- Written by Tessa Jones
- Category: Campaigns
- Published: 22 August 2016
BSCG is concerned about inappropriate development at Badaguish - Speyside Trust's outdoor development in the heart of Glenmore forest. The Cairngorms National Park Authority’s poor planning and ineffectual enforcement are causing damage to this prime area of Caledonian forest. Glenmore is one of Scotland's most important forests, yet the CNPA are approving further unnecessary and unsustainable developments within it. Major issues include numerous breaches of planning rules, provision of false information and pervasive haphazard development. The CNPA’s extreme unwillingness to say no to any proposal at Badaguish is resulting in major long term environmental degradation. This is eroding the special qualities of the national Park that the Authority is supposed to be conserving and enhancing.
The latest unanimous approval by the National Park Authority includes permission for a new car park and unsightly portaloos, neither of which are justified. The development will increase traffic on the road through Badaguish on a stretch already shared with cyclists, walkers and horse-riders. The CNPA did not even consider a traffic-free access route. On top of this, the CNPA have never mentioned the fact that new, additional car parking on public ground in Glenmore contravenes their own transport strategy for this core part of the National Park. So why didn’t the Board members simply reject the whole application? Are they under orders not to rock the boat?
As well as approving damaging development, the CNPA have failed to enforce mitigation measures they demanded as conditions for planning consents. For example, tree planting was supposed to mitigate for deforestation and impacts on capercaillie - but it is years late, only half done and much of it is already dead and dying. Meanwhile, the development area is a massive scar on the landscape that is visible from surrounding hills and will be that way for years to come. Furthermore, the predicted ‘likely significant impacts’ on one of Scotland’s most endangered birds, the Capercaillie, is effectively unmitigated by this failed planting.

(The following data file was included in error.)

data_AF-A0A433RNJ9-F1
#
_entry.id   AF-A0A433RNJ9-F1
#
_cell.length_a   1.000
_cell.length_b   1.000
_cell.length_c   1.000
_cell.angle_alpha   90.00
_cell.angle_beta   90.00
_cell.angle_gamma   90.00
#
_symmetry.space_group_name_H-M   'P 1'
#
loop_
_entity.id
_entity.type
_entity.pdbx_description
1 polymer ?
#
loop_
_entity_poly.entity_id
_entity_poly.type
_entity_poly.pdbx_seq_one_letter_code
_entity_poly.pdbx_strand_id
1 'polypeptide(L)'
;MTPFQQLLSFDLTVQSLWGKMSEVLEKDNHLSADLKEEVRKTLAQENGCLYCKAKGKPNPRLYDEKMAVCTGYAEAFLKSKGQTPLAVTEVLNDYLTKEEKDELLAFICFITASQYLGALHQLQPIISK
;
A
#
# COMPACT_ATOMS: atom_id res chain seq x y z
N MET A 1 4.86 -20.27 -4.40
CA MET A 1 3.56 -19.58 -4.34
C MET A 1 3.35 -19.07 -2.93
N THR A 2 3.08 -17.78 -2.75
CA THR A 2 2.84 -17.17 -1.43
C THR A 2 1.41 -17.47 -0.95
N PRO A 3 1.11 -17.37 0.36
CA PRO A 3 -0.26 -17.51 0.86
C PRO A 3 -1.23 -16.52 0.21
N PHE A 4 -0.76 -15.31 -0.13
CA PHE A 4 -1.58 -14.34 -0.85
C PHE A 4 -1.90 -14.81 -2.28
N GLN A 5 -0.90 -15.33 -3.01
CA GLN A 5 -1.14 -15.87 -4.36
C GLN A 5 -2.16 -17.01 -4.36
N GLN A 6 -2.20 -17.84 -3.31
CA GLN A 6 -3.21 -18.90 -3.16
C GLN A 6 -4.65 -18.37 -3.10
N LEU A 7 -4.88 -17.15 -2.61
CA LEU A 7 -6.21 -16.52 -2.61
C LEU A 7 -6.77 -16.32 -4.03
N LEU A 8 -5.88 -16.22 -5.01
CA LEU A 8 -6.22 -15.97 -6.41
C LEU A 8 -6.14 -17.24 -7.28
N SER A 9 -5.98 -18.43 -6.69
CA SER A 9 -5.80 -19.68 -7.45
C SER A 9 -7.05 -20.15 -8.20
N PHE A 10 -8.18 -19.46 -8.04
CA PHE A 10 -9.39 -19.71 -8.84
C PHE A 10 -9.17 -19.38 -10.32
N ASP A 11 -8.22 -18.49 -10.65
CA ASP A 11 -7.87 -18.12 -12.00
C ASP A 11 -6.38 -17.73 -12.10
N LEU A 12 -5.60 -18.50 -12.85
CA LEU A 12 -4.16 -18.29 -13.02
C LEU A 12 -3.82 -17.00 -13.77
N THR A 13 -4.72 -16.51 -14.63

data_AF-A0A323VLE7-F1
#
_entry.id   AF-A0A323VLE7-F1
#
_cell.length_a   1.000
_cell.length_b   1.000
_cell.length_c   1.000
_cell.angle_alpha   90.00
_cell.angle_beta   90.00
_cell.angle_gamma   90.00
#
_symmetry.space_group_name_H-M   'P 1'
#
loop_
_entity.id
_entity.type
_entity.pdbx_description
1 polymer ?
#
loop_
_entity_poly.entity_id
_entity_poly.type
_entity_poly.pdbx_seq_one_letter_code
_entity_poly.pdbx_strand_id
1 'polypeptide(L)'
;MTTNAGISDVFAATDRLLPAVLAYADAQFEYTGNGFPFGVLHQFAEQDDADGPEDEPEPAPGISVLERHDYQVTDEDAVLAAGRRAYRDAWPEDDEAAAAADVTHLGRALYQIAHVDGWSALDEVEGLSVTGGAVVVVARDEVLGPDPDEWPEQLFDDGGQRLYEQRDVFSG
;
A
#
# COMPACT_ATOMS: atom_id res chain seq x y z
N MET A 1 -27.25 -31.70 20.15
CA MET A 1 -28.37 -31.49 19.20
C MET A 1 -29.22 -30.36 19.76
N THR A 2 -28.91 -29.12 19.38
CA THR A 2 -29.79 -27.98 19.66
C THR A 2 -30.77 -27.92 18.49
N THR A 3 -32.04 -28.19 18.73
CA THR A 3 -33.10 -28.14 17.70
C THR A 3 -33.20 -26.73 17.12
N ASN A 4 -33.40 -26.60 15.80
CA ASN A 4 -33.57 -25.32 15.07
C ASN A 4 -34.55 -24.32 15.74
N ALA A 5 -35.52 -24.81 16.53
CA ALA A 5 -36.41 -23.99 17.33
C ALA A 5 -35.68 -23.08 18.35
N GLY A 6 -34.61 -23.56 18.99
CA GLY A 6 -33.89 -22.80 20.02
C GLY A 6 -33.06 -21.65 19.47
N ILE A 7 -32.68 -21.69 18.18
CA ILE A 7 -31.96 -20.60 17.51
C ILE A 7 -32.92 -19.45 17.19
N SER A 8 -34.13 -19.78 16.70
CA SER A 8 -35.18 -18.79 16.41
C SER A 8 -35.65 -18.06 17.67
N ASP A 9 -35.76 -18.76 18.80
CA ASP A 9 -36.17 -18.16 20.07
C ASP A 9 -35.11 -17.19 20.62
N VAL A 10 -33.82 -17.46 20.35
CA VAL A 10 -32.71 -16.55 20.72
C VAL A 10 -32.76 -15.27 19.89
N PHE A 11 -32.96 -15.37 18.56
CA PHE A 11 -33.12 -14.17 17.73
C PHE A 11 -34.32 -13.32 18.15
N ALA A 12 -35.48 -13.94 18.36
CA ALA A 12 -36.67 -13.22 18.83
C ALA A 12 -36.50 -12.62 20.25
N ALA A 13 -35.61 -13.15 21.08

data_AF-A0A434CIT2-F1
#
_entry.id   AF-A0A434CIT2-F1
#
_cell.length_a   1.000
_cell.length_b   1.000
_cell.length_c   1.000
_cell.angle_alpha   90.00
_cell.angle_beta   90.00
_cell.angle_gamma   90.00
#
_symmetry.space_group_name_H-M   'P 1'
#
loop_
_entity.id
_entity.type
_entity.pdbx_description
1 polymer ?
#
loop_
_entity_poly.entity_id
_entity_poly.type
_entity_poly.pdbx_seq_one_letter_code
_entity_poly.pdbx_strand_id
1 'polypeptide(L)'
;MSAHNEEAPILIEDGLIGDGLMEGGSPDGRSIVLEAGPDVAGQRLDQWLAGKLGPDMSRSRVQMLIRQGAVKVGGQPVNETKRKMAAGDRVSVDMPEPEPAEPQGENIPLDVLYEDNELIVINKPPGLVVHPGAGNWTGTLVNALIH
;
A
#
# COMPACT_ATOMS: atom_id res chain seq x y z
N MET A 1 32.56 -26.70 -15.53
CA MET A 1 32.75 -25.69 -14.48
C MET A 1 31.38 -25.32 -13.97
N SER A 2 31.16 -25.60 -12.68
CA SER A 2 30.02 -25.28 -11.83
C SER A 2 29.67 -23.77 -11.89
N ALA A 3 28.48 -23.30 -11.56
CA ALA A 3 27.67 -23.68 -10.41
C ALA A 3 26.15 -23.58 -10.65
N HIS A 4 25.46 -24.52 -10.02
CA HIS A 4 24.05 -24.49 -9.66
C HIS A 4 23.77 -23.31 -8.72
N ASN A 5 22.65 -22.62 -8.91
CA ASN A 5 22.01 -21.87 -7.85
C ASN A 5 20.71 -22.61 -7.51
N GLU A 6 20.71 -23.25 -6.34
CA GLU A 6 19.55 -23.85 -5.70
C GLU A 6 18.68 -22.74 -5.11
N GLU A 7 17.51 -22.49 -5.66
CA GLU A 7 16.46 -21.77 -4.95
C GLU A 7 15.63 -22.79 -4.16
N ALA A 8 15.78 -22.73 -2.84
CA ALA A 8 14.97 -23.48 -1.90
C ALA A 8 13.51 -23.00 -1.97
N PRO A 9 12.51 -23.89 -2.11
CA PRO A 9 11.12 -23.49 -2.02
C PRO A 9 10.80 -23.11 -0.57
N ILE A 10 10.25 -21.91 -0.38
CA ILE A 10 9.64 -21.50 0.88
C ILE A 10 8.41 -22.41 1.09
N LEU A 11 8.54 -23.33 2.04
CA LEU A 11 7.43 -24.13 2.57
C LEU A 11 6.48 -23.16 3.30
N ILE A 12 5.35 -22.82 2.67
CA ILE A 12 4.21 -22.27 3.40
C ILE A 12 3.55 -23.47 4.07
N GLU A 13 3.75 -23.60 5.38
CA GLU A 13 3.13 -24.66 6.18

The other main component of mitigation for capercaillie was the provision of signs asking people to stick to tracks, but these signs were never erected and for the best part of a year the CNPA didn’t enforce compliance. It was only on the day before the CNPA’s decisive meeting (19 August 2016), just hours after BSCG informed the Board of the absent signs, that these miraculously appeared (albeit with a typo).
Of even greater concern, the CNPA mislead the public and the Board by claiming a ‘Masterplan’ for developments at Badaguish existed. Such plans are a vital part of good planning and should prevent the type of chaotic development that plagues Badaguish. On three occasions the CNPA have claimed the existence of such a plan: in writing to BSCG, at the July planning committee meeting, and in documents for the decision meeting in August. The day before the August meeting, BSCG informed the Board that the ‘Masterplan’ that the CNPA planners were claiming existed contravened the standards for a Masterplan set by the Scottish Government’s guidance. Consequently, the CNPA planners had the embarrassing task of explaining that the document they had labelled as ‘Appendix 4 Masterplan’ was not actually a Masterplan ‘in the true sense of the word’. Only days before, the CNPA planner emailed BSCG stating that not only this document, but also 2 others, all constituted Masterplans for this site.
Scottish Government guidance on Masterplanning emphasises the importance of public involvement in Masterplanning. The document the planners tried to pass off as a Masterplan was made public only a week before the meeting and is called ‘Site Layout Plan January 2016’.
The record of the CNPA at Badaguish is worrying. They are approving haphazard and chaotic development, failing to enforce their own mitigation requirements, and attempting to mislead the public and the Board.